"I'm not a born again Christian but a born again Hitler (Cream Metal,
March 1986 p. 12).
Here are more quotations from
"Heavy Metal." "The Oath" by the band King Diamond:
"I deny Jesus Christ, the deceiver, and I adjure the Christian faith,
holding in contempt all of its works." "Possessed" by the band
Venom: "I am possessed by all that is evil. The death of your God I
demand. I ... sit at Lord Satan's right hand," and "I drink the
vomit of the priest, make love to the dying whore, Satan is my master
incarnate, hail, praise to my unholy host."
Billy Idol attempts "to
show what a human rip-off religion is." Leon Russell thinks that
"organized Christianity has done more harm than any other single force I
can think of in the world" and suggests that the religion of rock and
roll replace it. In an interview in Spin, Sinead O'Connor emphasized,
"It's a huge abuse to teach children that God is not within themselves.
That God is pollution. That God is bigger than them. That God is outside them.
That is a lie. That's what causes the emptiness of children" (Spin,
Nov 1991, p. 51). In "Hymn 43" the band Jethro Tull conveyed this
message, "We are our own saviors, and if Jesus saves, then He better save
Himself" (Cream Metal, Mar. 1986, p. 12). There is no limit as to
the amount of blasphemous citations one can obtain from these songs.
In rock and roll as well as
"heavy metal" music, there is a strong occult influence. Cyril Scott
was an eminent composer during his lifetime. He was a student of the occult
religion known as Theosophy and also interested in the potential of using
music for the occult. Two of his books, The Influence of Music on History
and Morals and Music: Its Secret Influence Throughout the Ages, were
received through inspiration of the spirit world by one of the Theosophic
spirit guides (that also Madame Blavatsky, founder of the theosophical
movement in pre revolutionary Russia). In the latter book, Scott tells us
that, from his talks with this spirit, it: "takes a special interest in
the evolution of Western music .... Indeed, he considers it advisable that
students of occultism of all schools should more fully appreciate the great
importance of music as a force in spiritual [occult] evolution, and to this
end he has revealed much that has hither to not been revealed, and that cannot
fail to prove of paramount interest to all music-lovers."
Scott himself is convinced that
"the great Initiates [in the spirit world] have vast and imposing plans
for the musical future" (p. 199). What is this plan? It is to use music
as an occult medium through which to develop altered states of consciousness,
psychic abilities, and contact with the spirit world. Scott explains:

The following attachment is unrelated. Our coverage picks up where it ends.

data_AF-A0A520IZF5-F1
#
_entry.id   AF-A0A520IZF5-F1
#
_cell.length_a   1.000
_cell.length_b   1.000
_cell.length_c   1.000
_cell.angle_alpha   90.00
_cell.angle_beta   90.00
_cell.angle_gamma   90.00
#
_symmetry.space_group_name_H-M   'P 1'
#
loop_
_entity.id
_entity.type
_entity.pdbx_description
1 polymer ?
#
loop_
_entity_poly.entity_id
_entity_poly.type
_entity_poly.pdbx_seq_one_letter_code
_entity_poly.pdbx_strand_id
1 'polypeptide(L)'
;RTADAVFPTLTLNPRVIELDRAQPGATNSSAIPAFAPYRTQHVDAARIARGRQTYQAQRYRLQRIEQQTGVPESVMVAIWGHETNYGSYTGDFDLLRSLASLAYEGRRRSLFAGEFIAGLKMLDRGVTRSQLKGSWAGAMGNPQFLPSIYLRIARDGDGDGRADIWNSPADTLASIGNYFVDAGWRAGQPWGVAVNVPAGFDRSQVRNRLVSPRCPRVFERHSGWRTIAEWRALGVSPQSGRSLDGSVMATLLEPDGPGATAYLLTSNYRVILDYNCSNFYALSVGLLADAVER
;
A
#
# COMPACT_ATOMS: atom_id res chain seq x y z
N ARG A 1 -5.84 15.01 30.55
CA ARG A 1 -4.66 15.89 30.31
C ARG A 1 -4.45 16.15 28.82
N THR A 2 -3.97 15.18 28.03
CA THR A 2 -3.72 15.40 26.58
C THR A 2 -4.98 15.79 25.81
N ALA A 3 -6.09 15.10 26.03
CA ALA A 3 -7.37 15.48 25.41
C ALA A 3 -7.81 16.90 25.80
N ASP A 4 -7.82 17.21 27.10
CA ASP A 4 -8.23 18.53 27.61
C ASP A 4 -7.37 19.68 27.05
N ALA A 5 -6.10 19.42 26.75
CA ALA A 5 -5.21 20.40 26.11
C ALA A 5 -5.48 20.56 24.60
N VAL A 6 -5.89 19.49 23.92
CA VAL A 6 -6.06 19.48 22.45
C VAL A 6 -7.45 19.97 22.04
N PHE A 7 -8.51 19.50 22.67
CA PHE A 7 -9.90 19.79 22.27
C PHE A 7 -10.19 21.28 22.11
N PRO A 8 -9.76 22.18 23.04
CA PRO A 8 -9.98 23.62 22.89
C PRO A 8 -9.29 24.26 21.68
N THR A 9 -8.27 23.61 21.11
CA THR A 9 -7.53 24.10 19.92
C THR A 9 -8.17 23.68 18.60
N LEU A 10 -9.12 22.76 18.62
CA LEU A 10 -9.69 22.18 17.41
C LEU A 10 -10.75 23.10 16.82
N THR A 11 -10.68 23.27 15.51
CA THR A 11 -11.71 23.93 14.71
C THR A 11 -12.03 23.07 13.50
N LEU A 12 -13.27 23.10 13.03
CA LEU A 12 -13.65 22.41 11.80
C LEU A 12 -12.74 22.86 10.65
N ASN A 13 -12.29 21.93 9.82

"Music in the future is to be used to bring people into yet closer touch
with the Devas [spirits]; they will be enabled to partake of the benefic
[beneficial] influence of these beings while attending concerts at which by
the appropriate type of sound they have been invoked .... The scientifically
calculated music in question, however, will achieve the two-fold object of
invoking the Devas and at the same time stimulating in the listeners those
[psychic] faculties by means of which they will become aware of them and
responsive to their [the spirits'] influence" (pp. 200-201).
Scott concludes his book by
citing the words of his spirit guide: "Today, as we enter this new Age,
we seek, primarily through the medium of inspired music, to defuse the spirit
of [occultic] unification and brotherhood, and thus quicken the (spiritual)
vibration of this planet" (p. 204). This genre of "inspired
music" is now found in local record stores. Some "New Age"
music is spiritistically inspired for specific occult goals. The
"composers" of the New Age music claim it can foster meditation,
help develop psychic power, alter consciousness, induce "astral"
travel, and transform personality. Other contemporary rock musicians parallel
Many of the big-time rock stars
have been heavily involved not only in the occult but also in overt Satanism.
Trying to describe his own "inspiration" process, [John] Lennon
said: "It's like being possessed: like a psychic or a medium...." Of
the Beatles, Yoko Ono has said, "They were like mediums. They weren't
conscious of all they were saying, but it was coming through them..."
Marc Storace, a vocalist with the heavy-metal band Krokus, told Circus
magazine: "You can't describe it except to say it's like a mysterious
energy that comes from the metaphysical plane and into my body. It's almost
like being a medium..." "Little Richard" had similar
experiences and identified Satan as the source of his inspiration: "I was